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Schultz v. Dooley

United States District Court, Eighth Circuit

November 18, 2013

JARED SCHULTZ, JR., Petitioner,


JANIE S. MAYERON, Magistrate Judge.

This matter came before the undersigned on petitioner Jared Schultz Jr.'s Amended Petition under 28 U.S.C. §2254 for Writ of Habeas Corpus by a Person in State Custody ("Amended Petition") [Docket No. 3]. The State answered, asking that the Amended Petition be denied in its entirety as meritless. [Docket No. 6]. The matter was referred to this Court for a Report and Recommendation pursuant to 28 U.S.C. § 636(b)(1)(B) and Local Rule 72.1.


In April, 2007, petitioner Jared Schultz, Jr. pled guilty to one count of criminal sexual conduct after sexually penetrating an eleven year old girl. State v. Schultz, A10-44, 2010 WL 3220133 at *1 (Minn.Ct.App. Aug. 17, 2010) ("Schultz II").[1] At his sentencing hearing on July 16, 2007, the state district court granted a downwarddispositional sentencing departure. Id .; Respondent's Answer to §2254 Petition ("Resp. Answer"), Ex. 2 (sentencing transcript) [Docket No. 8-2]. The district court ordered that Schultz be committed to the Commissioner of Corrections for the presumptive term of 144 months, but stayed execution of the sentence on the following conditions:

No. 1): That [Schultz] be remanded to the custody of the Martin County sheriff for a period of one year, in additional to any time which he may have previously served.
Secondly, that he will have a sexual offender evaluation through a program such as the CORE program in Mankato; that he will follow specifically and faithfully each and every recommendation for counseling.
That he will have an assessment for any chemical dependency issues and likewise follow those without fail.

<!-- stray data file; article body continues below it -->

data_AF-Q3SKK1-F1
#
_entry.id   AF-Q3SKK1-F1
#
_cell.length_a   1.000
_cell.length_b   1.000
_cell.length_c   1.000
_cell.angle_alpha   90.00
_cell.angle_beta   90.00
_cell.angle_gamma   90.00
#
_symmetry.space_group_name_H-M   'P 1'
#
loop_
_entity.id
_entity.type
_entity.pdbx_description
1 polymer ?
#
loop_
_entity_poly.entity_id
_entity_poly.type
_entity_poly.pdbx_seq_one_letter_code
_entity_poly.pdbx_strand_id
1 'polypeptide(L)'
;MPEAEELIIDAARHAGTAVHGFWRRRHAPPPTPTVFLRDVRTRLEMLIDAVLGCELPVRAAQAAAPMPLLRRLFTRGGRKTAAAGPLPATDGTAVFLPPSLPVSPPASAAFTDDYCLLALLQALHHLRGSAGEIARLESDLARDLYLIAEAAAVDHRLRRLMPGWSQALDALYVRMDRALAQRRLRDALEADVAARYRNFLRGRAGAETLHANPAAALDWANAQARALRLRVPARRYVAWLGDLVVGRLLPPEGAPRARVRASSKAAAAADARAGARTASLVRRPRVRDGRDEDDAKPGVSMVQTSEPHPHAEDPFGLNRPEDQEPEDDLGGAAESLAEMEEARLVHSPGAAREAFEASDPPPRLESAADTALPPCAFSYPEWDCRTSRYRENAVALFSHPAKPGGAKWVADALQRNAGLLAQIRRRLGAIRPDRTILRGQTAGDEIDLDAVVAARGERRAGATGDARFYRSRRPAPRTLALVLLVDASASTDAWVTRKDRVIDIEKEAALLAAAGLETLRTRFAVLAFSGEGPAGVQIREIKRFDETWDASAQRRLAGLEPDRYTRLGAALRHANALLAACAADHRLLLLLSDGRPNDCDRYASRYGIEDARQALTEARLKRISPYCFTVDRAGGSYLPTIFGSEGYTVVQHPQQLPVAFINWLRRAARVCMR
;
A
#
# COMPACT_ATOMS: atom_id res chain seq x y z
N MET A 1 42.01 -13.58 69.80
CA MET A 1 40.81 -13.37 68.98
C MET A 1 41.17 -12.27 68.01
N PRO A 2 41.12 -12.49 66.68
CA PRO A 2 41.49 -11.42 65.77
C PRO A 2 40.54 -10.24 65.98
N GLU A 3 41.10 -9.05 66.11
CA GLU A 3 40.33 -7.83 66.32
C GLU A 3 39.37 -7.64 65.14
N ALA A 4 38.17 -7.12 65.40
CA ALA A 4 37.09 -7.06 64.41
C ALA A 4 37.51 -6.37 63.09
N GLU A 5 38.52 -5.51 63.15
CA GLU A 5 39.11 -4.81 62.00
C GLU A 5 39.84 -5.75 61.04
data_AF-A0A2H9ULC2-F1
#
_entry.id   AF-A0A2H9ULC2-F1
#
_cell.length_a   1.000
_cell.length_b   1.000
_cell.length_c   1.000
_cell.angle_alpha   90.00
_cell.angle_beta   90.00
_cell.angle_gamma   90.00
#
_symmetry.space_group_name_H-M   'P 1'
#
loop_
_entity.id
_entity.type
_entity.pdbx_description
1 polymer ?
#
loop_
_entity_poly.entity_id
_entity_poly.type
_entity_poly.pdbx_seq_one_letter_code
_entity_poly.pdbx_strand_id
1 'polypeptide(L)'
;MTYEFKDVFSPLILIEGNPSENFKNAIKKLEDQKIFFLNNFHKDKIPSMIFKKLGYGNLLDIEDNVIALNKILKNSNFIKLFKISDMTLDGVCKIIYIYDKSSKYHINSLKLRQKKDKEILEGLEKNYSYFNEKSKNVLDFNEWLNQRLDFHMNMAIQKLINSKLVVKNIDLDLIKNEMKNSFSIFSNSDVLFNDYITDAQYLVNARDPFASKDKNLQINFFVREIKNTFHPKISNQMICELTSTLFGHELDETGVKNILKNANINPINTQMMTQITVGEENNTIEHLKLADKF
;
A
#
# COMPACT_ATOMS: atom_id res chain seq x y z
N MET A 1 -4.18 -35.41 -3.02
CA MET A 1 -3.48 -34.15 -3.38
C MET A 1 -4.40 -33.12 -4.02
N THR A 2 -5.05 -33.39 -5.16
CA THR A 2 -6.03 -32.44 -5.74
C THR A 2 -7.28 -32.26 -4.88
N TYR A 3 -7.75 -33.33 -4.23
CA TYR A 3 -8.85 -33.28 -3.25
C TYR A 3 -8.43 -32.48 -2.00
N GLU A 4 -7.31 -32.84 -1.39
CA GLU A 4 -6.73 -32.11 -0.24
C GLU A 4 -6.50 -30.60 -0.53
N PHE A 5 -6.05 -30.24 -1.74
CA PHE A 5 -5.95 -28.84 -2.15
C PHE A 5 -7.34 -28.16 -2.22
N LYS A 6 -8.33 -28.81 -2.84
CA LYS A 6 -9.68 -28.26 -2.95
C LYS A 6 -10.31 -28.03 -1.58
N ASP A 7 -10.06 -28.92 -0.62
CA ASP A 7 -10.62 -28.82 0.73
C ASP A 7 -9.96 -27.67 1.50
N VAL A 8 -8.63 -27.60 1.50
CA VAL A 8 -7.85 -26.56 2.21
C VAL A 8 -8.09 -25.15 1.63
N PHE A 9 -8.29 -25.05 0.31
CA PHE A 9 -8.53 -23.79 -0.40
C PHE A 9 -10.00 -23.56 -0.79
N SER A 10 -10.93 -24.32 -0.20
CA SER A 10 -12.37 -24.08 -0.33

That he will continue with whatever counseling may be appropriate with [his counselor] until the counselor determines that it is no longer necessary. And the Court will look at [Schultz]'s progress on his sexual offender treatment before the expiration of one year and will determine at that point in time whether he merits the continued stay of execution or whether he has failed to meet the expectations of the Court and should therefore be committed directly to the Commissioner for the presumptive sentence.

Schultz II, 2010 WL 3220133 at *1 (quoting sentencing transcript, pp. 28-29). The following colloquy then took place on the record between district court Judge Robert Walker and the prosecutor:

Mr. Trushenski: And would the Court also order that Mr. Schultz have no contact with minor females under the age of 18?
The Court: Well, presumptively, so long as he's incarcerated that will be impossible, but when we get to the point of either him returning to a probationary status, we can address those issues.


After the sentencing hearing, the district court issued a written sentencing order describing the conditions of probation. Schultz II, 2010 WL 3220133 at *1. That order expressly stated that "[Schultz] will have no contact with minor females under the age of 18 years." Id . Later, the court granted Schultz a furlough from the Martin County jail to attend sex offender treatment. Id . The furlough order stated that while on furlough, Schultz was "to report to the treatment group in Mankato and immediately return to the Martin County Jail upon the conclusion of each treatment session." Id . While on furlough, Schultz was to "make no stops while in transit to the treatment program or while returning to the Martin County Jail." Id.